A. Anticipated Future Trends
Because the MPH program is entirely online, print material is not as desirable for the students of the program as online resources. Combined with the increasing importance of electronic over print journals in the health sciences, this means that purchasing for the public health collection will focus most heavily on e-resources. Print materials will be purchased if electronic versions are not available, or if the materials are monographs which might be used by on-campus populations, such as undergraduates.
Broad College’s Master’s program in Healthcare Management is expected to begin sometime in 2019, and increasing purchases in this subject area will be made to support the program.
Research in public health, especially in the area of epidemiology, draws heavily on datasets collected by government entities and NGOs. As more of this data becomes publicly or commercially available, the library may consider purchasing or otherwise providing access to it for library users (most data is available by subscription). In many cases these purchases can be made in conjunction with the subject librarians in other social sciences. These purchases will be subject to considerations about format and ease of use, as well as the value added by aggregators (see Analysis of the Subject Field).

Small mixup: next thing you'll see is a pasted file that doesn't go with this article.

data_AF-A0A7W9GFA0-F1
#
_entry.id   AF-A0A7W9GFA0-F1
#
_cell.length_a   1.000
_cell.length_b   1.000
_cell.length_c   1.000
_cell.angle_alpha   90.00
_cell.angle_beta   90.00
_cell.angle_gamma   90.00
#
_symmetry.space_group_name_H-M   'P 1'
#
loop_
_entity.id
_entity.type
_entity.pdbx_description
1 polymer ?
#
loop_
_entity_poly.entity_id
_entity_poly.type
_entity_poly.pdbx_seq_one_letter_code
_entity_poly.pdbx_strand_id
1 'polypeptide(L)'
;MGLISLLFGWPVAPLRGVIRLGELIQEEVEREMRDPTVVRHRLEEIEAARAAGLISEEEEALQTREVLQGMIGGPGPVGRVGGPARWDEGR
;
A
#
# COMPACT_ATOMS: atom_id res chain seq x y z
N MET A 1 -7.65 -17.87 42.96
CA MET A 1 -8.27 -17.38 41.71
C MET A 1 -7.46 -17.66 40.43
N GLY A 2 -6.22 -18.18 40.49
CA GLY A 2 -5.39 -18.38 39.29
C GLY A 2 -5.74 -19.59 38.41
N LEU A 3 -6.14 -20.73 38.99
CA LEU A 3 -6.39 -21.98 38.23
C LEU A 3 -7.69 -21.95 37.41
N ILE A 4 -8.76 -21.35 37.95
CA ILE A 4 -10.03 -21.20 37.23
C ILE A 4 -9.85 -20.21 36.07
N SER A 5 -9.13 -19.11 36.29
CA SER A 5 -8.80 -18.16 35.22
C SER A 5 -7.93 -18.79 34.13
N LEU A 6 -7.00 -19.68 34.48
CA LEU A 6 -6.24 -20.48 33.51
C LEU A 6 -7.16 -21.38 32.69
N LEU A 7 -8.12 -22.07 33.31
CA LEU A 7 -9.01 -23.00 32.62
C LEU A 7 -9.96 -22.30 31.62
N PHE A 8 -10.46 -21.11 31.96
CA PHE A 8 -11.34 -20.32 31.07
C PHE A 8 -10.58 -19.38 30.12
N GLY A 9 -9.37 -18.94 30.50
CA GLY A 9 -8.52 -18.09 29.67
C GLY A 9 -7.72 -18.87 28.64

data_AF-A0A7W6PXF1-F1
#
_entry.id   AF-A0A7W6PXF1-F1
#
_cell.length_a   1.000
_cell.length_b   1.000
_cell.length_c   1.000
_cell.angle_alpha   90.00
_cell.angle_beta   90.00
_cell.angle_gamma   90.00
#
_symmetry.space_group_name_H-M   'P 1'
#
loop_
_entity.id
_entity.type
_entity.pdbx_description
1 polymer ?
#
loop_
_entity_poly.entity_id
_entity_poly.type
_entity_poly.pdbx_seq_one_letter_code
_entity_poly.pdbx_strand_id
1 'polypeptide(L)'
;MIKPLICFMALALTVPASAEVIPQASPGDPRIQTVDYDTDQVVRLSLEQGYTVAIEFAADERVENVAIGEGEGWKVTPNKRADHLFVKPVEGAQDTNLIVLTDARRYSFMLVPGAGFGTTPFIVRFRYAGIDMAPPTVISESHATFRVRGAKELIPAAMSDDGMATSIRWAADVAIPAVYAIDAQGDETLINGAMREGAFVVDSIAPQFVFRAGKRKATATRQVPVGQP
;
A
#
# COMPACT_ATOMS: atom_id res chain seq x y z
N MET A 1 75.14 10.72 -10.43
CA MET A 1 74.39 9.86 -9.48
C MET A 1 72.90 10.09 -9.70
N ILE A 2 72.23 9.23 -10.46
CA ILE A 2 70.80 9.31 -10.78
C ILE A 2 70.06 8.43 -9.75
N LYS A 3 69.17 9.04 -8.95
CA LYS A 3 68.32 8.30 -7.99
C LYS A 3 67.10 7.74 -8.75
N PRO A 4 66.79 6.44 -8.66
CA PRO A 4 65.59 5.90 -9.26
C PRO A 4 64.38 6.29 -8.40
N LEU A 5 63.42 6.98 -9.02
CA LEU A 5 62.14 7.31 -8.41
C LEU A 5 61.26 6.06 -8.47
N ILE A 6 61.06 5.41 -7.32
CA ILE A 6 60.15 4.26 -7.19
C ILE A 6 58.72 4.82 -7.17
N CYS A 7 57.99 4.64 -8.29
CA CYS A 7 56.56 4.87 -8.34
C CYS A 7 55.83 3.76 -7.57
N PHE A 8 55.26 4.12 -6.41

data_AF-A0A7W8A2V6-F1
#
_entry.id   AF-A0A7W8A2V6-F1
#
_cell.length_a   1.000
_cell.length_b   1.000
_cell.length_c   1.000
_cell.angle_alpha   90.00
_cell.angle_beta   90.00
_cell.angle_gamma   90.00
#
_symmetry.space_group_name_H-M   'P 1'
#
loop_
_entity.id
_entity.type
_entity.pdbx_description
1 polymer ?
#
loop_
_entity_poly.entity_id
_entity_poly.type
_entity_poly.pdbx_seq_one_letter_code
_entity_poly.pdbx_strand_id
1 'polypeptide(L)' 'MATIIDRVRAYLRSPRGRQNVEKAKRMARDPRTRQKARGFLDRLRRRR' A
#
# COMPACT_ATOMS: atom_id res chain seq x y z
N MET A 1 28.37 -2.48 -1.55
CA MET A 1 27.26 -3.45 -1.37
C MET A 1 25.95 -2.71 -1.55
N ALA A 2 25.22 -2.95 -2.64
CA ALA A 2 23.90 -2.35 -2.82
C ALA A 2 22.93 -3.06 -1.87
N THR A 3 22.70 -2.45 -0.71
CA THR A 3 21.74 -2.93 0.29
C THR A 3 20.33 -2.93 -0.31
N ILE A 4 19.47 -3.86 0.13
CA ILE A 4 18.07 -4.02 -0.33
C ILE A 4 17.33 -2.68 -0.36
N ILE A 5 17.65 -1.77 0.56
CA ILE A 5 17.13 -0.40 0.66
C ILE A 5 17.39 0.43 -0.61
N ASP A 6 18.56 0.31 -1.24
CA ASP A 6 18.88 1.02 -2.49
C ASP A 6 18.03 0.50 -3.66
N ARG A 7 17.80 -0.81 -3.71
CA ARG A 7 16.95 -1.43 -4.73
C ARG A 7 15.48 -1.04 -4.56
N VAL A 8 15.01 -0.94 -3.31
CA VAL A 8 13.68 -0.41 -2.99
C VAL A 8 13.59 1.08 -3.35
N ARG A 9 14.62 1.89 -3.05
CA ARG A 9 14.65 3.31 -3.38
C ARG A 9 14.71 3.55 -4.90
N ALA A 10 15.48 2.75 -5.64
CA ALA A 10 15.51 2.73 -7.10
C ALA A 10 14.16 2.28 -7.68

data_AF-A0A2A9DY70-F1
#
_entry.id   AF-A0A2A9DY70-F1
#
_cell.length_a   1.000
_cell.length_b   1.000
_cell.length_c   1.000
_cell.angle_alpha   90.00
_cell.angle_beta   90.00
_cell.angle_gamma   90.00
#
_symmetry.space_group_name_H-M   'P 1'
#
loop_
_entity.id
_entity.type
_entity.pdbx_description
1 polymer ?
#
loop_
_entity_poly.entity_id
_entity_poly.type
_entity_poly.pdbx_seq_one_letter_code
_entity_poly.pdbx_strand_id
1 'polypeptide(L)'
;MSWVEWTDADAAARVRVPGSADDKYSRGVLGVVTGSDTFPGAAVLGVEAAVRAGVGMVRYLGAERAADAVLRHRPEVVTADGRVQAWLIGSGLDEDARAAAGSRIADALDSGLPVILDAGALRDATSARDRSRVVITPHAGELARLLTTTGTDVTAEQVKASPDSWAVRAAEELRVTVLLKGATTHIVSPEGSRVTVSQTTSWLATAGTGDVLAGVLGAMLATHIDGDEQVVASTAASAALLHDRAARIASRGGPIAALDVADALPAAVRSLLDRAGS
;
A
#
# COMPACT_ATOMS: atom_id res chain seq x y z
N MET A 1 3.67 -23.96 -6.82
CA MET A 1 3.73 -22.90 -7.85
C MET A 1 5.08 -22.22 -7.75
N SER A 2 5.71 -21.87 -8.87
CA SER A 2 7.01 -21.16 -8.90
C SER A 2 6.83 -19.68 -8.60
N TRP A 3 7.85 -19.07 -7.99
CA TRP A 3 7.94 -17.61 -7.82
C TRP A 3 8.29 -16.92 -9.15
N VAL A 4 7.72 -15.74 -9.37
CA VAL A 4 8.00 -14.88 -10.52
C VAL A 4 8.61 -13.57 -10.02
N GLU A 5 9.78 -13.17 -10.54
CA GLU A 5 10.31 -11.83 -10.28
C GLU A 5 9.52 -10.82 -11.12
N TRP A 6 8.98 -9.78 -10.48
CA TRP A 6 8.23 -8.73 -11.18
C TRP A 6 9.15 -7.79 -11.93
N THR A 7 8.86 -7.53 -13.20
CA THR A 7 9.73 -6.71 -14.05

B. Relationships with Other Resources
Regional or Network Resources
MSU is a member of the Big Ten Academic Alliance (BTAA), formerly Committee on Institutional Cooperation (CIC), and the Michigan Research Libraries Triangle (MRLT). Online access to many health sciences journals is available to MSU students through BTAA consortia agreements for journal packages. MRLT is a cooperative which maintains reciprocal borrowing agreements with the University of Michigan and Wayne State University.
The MSU collection is a component of the National Network of Libraries of Medicine, Greater Midwest Region (NN/LM GMR). The MSU Libraries serves as a Resource Library for the region, supporting hospital libraries and other libraries through interlibrary loan with DOCLINE and Loansome Doc service.
Many resources used by the public health faculty and students overlap with materials collected by other bibliographers at MSU. Bibliographers for the following subject areas collect material that is useful and relevant to public health users:
Donated materials are rarely accepted unless they are historically significant or complete an incomplete series/run which the library already owns.